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Executive Summary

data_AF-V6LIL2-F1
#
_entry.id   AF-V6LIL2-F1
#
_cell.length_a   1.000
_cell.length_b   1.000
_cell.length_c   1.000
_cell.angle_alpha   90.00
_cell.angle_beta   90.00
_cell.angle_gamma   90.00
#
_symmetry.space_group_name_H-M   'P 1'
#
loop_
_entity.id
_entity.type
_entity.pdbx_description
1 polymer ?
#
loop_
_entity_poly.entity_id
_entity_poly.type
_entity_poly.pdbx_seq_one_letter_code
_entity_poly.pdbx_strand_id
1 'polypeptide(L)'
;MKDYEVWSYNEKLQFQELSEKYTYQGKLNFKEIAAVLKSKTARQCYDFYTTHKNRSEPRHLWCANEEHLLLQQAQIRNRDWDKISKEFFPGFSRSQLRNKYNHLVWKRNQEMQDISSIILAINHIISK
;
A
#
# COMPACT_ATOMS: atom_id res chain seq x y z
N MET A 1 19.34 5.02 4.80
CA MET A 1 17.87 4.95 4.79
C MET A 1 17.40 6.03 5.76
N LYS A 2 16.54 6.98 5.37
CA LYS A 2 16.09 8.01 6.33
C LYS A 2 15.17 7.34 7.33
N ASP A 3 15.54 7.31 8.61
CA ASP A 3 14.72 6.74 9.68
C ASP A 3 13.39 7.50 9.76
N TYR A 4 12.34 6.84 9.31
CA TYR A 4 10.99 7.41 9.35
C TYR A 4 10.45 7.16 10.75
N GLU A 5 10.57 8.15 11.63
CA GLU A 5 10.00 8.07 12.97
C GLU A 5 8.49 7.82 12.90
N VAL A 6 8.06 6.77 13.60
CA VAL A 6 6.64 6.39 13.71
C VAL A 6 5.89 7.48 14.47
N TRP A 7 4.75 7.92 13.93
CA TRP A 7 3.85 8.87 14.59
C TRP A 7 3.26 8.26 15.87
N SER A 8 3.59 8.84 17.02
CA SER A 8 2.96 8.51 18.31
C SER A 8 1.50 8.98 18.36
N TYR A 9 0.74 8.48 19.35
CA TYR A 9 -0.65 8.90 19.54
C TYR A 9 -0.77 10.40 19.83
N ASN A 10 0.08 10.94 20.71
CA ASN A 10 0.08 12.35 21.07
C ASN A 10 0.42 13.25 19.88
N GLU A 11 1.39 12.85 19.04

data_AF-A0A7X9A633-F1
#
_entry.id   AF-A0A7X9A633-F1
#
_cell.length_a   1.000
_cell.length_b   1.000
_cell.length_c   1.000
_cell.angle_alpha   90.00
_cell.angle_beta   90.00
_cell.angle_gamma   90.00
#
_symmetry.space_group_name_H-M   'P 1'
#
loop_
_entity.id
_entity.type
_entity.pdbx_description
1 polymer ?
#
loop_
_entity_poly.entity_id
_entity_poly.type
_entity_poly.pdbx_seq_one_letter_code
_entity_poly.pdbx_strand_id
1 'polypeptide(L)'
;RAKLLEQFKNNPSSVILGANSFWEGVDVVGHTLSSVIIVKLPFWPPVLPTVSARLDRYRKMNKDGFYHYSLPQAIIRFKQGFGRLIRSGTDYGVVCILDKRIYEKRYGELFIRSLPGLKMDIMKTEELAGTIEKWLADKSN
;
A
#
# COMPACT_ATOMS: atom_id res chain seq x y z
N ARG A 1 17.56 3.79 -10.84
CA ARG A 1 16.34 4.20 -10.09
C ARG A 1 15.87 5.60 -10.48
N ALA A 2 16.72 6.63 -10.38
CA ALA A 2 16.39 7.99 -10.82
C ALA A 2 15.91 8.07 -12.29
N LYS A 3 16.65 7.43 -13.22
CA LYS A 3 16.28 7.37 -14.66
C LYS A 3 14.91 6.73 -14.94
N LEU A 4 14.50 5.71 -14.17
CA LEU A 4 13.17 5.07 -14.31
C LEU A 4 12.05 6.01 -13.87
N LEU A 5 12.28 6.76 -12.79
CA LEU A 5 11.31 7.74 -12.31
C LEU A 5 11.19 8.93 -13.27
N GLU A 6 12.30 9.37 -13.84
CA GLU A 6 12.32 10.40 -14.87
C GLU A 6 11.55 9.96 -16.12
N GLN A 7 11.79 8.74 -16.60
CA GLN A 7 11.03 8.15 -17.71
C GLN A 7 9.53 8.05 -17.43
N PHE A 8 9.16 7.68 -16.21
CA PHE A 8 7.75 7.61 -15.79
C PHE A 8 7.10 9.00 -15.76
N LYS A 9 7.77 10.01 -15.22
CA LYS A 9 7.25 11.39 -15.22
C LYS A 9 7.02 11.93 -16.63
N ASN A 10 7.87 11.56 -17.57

Chattem has been actively seeking and bidding on acquisitions and is targeting a deal in the next six months, the company disclosed in its recently released 1985 annual report. "Our acqusition effort is more intense than ever, and we are reviewing more prospective acquisitions than ever," declared Chairman Alex Guerry. "We would hope to make one or more acquisitions during the new fiscal year." To support its acquisition efforts, the company has $22 mil. readily available in net cash and long-term investments. The company has about $11 mil. in long and short debt and $12.1 mil. in an unused line of credit. Guerry reported that during the fiscal year ended May 31, the firm made an offer for two companies: a consumer products business, which would have been Chattem's "largest acquisition"; and a chemical company. In early 1984, when Chattem sold its petrochemicals business to DeSoto, the firm said it was looking for a business in the $10 mil. to $50 mil. annual sales range ("The Pink Sheet" March 12, 1984, T&G-1). In the intervening 18 months, Chattem sold the Quencher line to Del Labs. The 1985 Chattem annual report discloses that Chattem received $5.75 mil. Chattem had done a major job increasing Quencher sales (from $2.9 mil. in 1983 to $8.7 mil. in 1984); however, the brand only had $3.5 mil. sales in seven months prior to its sale to Del. The company noted candidly that it took a loss on the Quencher divestiture. "We were certainly not happy about having to take a loss on the sale," Guerry commented, "but we felt we could put these funds into other areas to better advantage. The firm rated its diversification efforts, saying that out of 12 purchases, four have been "outstanding successes," five have been "good" and The Chattanooga mfr. pointed out that its consumer products operation (OTCs and cosmetics) targets small to medium size markets or product categories in which its brands can achieve leading market share. Products are marketed domestically by Chattem's 42-person sales force to roughly 20,000 accounts, which are made up of drug chains, food chains, mass merchandisers and whslrs. Since 1980, consumer product sales have grown at a compound annual rate of 18%, Chattem said. According to the 1985 annual report, OTC drugs accounted for 30%, or roughly $19 mil., of Chattem's $63.6 mil. total sales. Despite increased compeition in the menstrual discomfort market (primarily form OTC ibuprofen), Pamprin realized a "small increase" in sales while Premesyn PMS grew at a rate in excess of 30%. The firm gave credit to the effectiveness of its advertising campaign for the improvement. The company's ad and promotion budget climbed to $19 mil. in 1985 from $18.6 mil. the year before. Chattem's chemical division ($14.1 mil. sales) was "unable to continue its strong growth trend in 1985," the company reported. A 6% decline in sales was attributed to an inventory reduction by one of its major customers, a flat antacid market and the strength of the dollar which encouraged foreign competition. Tight cost control kept selling and general administrative expenses at just under 25% of sales. Chattem reduced its long-term debt/equity ration from 17% to 16%. "This reduction was achieved in spite of the company's purchase of over $2.3 mil. of its own stock in open market and privately negotiated transactions," Chattem said. The firm also decreased its inventory by $1.8 mil. during the year, while increasing turnover from 2.6 to 3.3 times. Chart omitted.

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